"Probably," Patrick said, matter-of-fact.

"Hey, thanks for the support," she snarked.  "Your sympathy is overwhelming."

"Who said I was sympathetic?  I don't agree with this choice at all, but it's yours to make, it's your life.  I just...


"I just think it's crappy timing.  With the caucuses and the primary coming up, he'll never have time to find your replacement."

She sighed.  "I have to go back."

"It's the right thing to do," he said.

Her stomach twisted at the thought, but she knew he was right.  "If Michael even wants me to," she added.

"An infantile quitter of a reporter is better than no reporter at all," he teased.

"Very funny."

His tone softened.  "Seriously, Rory.  I've never heard you so sure about something, so I'm gonna trust you on this.  I hope you know what you're doing."

"Just the opposite, actually," she said.

After they hung up, Rory took a few moments to steel herself, then hit the speed dial for Michael. 

♫   ♫   ♫   ♫   ♫   ♫   ♫   ♫  

Rory got home a little after ten.  The living room was dark, but the kitchen light was on.  She found a note on the refrigerator, in Luke's messy handwriting: "Rory's dinner top shelf."  Succinct and to-the-point, but it made her feel the tiniest bit better.  She had been planning on going right to bed and talking to her mother in the morning, but with the absence of Luke's truck in the driveway, she had no excuse to put it off.  She walked upstairs and paused outside her mother's door.  It was open, just a crack, and Rory could tell from the soft yellow glow that the reading lamp was on.  She knocked once and pushed the door open wide, but stayed safely outside the room.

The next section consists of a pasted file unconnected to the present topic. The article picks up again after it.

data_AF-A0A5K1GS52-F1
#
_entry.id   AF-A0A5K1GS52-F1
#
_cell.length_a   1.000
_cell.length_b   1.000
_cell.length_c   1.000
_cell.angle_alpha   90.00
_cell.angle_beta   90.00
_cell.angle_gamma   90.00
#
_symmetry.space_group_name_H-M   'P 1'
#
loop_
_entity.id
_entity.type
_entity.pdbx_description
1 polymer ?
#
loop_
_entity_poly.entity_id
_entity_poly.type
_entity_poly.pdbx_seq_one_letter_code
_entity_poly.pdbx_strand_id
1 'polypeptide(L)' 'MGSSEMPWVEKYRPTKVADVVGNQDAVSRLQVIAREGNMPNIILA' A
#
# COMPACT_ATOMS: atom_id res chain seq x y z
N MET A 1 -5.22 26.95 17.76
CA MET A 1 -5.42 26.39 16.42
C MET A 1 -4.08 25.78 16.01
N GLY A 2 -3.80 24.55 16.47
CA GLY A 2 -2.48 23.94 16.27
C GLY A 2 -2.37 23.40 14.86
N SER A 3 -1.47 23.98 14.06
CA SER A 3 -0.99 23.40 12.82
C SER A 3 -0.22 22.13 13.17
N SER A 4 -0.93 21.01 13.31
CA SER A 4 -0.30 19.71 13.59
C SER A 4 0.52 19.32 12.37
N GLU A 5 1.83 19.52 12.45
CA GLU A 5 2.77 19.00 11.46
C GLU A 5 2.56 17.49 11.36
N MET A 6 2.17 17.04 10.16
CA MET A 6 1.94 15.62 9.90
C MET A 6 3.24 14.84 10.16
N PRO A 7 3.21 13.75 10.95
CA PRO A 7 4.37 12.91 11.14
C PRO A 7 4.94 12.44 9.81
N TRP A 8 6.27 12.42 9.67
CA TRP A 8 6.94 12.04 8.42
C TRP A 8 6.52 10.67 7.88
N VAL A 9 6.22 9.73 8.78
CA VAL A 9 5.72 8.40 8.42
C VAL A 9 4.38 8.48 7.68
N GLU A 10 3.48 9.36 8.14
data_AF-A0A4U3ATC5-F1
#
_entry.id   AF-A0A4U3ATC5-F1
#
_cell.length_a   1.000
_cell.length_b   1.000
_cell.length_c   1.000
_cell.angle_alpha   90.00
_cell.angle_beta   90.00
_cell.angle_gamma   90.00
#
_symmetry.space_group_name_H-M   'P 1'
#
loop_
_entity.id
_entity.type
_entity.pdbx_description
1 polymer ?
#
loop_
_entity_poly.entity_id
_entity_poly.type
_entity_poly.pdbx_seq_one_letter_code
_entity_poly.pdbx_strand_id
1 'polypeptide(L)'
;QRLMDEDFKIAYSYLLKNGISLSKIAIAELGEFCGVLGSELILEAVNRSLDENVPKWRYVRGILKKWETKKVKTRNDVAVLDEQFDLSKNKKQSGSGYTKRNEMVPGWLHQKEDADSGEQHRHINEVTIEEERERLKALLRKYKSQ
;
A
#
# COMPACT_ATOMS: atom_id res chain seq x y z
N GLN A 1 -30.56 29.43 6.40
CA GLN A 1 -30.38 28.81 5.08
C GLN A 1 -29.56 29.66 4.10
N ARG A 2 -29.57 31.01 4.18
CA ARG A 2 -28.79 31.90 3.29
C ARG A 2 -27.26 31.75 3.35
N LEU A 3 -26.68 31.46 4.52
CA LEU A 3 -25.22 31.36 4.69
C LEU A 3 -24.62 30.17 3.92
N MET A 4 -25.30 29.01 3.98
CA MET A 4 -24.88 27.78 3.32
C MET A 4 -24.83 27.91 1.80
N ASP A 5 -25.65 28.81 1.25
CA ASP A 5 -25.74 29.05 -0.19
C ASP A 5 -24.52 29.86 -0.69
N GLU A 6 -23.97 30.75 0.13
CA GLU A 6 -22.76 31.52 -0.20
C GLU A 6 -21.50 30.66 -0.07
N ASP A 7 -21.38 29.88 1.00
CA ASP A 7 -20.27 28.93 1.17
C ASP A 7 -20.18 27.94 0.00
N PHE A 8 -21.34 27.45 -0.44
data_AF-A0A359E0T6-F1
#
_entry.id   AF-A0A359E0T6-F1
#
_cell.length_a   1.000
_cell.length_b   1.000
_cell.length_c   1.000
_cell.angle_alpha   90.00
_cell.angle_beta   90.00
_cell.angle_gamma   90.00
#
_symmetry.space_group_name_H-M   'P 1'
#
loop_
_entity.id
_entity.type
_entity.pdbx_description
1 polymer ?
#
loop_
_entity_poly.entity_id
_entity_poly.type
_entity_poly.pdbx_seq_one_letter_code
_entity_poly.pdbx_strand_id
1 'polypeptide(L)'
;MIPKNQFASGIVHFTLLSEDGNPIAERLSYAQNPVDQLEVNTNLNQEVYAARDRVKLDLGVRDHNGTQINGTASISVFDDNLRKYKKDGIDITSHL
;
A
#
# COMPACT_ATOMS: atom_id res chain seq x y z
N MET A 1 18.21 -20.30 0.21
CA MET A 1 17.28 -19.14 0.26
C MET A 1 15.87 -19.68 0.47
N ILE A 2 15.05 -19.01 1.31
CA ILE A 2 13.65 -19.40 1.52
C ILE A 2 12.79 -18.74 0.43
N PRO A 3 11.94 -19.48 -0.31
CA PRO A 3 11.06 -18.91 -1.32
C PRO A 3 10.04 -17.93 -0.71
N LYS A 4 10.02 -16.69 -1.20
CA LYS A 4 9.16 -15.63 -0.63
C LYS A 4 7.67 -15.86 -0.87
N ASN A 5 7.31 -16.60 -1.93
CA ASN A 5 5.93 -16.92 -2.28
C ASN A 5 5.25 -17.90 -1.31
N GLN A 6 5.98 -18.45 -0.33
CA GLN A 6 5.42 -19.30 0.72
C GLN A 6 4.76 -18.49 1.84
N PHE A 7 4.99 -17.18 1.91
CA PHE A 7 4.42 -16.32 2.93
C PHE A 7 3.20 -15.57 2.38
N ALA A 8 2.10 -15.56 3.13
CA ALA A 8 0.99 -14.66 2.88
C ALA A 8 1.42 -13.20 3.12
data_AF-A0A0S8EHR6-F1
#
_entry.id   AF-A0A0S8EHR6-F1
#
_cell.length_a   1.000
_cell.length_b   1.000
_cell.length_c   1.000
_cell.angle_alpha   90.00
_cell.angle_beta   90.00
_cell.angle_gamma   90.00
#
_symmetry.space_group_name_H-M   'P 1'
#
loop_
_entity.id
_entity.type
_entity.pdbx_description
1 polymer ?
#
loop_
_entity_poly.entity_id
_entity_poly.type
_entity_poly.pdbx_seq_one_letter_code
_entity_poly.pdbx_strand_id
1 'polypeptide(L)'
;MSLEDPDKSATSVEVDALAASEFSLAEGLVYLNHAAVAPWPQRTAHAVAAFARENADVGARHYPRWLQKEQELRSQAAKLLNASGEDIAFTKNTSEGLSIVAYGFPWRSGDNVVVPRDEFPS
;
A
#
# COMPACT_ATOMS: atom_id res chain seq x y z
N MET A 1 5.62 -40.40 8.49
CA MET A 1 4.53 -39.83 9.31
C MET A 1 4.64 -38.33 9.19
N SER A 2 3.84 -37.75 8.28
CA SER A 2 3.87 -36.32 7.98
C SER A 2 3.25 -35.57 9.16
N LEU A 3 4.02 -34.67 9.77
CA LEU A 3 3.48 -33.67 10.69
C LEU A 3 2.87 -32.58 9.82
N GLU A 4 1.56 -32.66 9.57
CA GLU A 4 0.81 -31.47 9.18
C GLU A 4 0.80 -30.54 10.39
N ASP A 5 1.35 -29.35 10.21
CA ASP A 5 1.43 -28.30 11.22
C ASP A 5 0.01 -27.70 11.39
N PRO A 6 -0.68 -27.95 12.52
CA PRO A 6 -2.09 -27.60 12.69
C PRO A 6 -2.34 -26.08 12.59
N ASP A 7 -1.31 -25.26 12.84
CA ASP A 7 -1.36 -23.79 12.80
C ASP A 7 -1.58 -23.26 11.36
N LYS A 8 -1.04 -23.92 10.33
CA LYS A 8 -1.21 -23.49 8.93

"Mom?"  She had been going for calm and rational, but her voice came out small and thin, a little girl waking up from a nightmare. 

"Hey," her mother said.  Rory searched her face, but she couldn't find the resentful anger that was there earlier.  In its place was something softer, a complicated map of concern and hurt, of remorse and hope.

"Can I come in?"

"Of course you can."  Lorelai lifted the corner of the blanket: an invitation.  It was a small gesture, but Rory's eyes welled with tears as she climbed into the bed, a sanctuary in every sense of the word. 

"You want to tell me what's going on?" her mother asked, turning on her side and propping her head on her arm.

"I quit my job," Rory said.  "I've been wanting to for a while, maybe forever.  It's just... not what I thought it would be.  Or maybe I'm not what I thought I would be."

Lorelai closed her eyes and exhaled.  "Why didn't you tell me?

"I don't know," Rory shrugged.  "We both worked so hard to get me there.  I guess I didn't want to disappoint you."

"Damn it, Rory," Lorelai said, in a weary tone.  "How many times do we have to go through this?  You can't hide from me when you're floundering, okay, that just ends in... stolen yachts."